Women in Business: Rebecca Hurst

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Rebecca Hurst
Managing Partner
Smith Hurst PLC
Residence: Fayetteville
Education: B.A., accounting, Arkansas State University; J.D., law, University of Arkansas School of Law; LL.M., taxation, New York University School of Law
Professional background: Hurst has been managing partner since co-founding the firm in 2011, helping Smith Hurst become a leading regional business and private wealth law firm, with offices in Fayetteville and Rogers. She has established herself as a premier deal lawyer, an area of law generally considered to be dominated by male lawyers.

What brought you to Northwest Arkansas? Law school in 2002.

What are the attributes of a good leader? Empathy, ambition, introspection and flexibility.

Best advice you’ve ever received? Work hard and be proud of who you are.

Did you have any mentors when you were breaking into the legal profession? I did. As corny as it sounds, my law partner now [Jim Smith] is one of them. He actually taught me in law school and was one of the ones who hired me at our old firm. And also Jim Harris, who was my senior partner in my practice group at my old firm, who’s now passed away.

What has been your biggest career break? I honestly think it was when we started our law firm. That really helped push me in the right direction, for sure.

Do you plan to be in NWA five years from now? Absolutely. I’ve put down roots here and with the firm. I expect that we’ll continue to have a great presence in Northwest Arkansas.

Have your career aspirations evolved through the years? They really have. I started out my practice at our old firm really just doing estate planning work. As the years have gone by, I still do estate planning work but also so much business transaction work. When I was in law school I would always say that I wanted to be the corporate counsel for the St. Louis Cardinals. That was my dream job. Now, I don’t get to do it for the Cardinals. But I do get to do a lot of that kind of corporate representation together with mergers and acquisitions, and I really enjoy that. It’s a lot of fun and a great practice.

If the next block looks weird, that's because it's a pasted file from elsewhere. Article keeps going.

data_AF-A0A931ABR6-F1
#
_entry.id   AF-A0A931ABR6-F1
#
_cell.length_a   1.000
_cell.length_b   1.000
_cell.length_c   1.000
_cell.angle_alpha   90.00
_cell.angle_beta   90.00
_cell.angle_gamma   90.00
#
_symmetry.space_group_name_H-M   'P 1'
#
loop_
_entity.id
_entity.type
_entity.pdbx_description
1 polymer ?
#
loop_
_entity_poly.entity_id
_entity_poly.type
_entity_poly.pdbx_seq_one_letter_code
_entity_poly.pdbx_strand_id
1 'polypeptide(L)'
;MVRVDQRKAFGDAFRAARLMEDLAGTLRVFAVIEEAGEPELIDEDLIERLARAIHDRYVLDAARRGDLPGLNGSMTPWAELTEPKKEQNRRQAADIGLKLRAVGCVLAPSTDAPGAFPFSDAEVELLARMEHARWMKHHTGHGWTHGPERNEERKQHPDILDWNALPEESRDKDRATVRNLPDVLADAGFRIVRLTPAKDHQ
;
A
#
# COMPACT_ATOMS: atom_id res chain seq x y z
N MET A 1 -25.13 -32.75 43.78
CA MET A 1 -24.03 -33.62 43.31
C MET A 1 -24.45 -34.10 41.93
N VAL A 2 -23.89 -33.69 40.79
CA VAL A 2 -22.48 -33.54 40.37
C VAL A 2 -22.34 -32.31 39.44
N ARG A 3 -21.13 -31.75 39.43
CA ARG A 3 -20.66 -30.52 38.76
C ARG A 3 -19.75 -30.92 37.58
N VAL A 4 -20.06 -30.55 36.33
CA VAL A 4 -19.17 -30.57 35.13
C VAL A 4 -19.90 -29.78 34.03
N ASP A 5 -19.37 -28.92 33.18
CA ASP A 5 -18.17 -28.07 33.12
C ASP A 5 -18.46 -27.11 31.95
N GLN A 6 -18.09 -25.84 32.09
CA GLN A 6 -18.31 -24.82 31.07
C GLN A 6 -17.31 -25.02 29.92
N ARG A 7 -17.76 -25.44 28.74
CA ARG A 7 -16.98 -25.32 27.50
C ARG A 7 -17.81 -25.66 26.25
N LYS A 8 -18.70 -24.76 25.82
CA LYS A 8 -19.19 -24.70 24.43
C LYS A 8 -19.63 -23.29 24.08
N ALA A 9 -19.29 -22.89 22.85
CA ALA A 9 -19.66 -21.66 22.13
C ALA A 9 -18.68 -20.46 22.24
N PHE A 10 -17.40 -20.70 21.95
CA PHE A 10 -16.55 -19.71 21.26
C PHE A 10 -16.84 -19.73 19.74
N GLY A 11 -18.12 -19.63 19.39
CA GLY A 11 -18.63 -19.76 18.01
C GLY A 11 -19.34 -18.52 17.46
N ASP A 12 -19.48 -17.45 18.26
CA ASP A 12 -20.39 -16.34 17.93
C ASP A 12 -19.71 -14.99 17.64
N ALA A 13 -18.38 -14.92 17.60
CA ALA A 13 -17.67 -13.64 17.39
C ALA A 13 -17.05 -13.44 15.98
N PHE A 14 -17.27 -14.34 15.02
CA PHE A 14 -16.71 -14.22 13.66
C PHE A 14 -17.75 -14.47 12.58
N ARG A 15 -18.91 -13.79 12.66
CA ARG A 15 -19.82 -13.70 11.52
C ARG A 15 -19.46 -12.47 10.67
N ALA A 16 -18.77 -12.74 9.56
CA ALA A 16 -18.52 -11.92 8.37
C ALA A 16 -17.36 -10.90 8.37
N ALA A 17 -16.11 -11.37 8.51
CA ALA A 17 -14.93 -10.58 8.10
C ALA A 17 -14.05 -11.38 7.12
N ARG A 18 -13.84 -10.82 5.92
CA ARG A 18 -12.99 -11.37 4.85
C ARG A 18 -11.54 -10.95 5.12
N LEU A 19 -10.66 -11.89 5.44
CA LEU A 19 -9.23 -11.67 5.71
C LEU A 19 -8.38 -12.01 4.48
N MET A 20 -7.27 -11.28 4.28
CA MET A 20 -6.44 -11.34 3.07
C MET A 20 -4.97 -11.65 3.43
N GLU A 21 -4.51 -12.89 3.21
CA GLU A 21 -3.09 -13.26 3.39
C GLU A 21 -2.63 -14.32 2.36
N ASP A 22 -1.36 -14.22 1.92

Last book you read? “Heaven and Hell: My Life in the Eagles.” It’s Don Felder’s autobiography about his time with the Eagles.

If you had $1 million to give, what causes would you support? The first one would be the Morgan Nick Foundation. I love what they do to help families of missing and exploited children. I would also like to give to the arts, through the Walton Arts Center or a similar organization.

To unwind, I like to … Go to a great concert. Rock concert, usually.

I wish I knew how to … play bass. Everybody always says the guitar, but for whatever reason I’ve always wanted to play bass.

Person(s) you most admire? I would say my parents. I was raised in the military. I always say I have had three constants in my life, and that’s been my parents and my sister. And honestly, I can put my sister in there just as easily as my parents. All three of them are wonderful people and hard-working and very giving and super intelligent. I’m very blessed to have a wonderful family that raised me.

What part of your job do you love, and what part do you hate? It’s probably kind of the same. I really enjoy the great businesses and clients that we get to work with. And at the same time it’s very hard — because we have so many great clients — to be able to make everyone the priority I want to make them. I don’t want to say it in a negative way because it’s in no way a reflection of the clients. It’s more about everybody can’t be a priority all the time. Somebody has to come first, and that’s the hardest part in that respect. You don’t want to have to prioritize, but someone is first in line.

You are also an adjunct professor at the UA. What’s most rewarding about that? I really enjoy getting to work with the up-and-coming lawyers and seeing things through their fresh eyes and with a new perspective. They haven’t been jaded by the “real world.” But it keeps me really fresh in my approach, which I really appreciate.

What advice can you offer to women who want a career in your industry? Try to work to build other women up and work with others in your profession. The legal field has traditionally been so male-dominated that there can be a tendency — which I’ve seen throughout the years from both men and women — to step on other people and try to get ahead. I think it’s really important to work with your peers to help build each other up.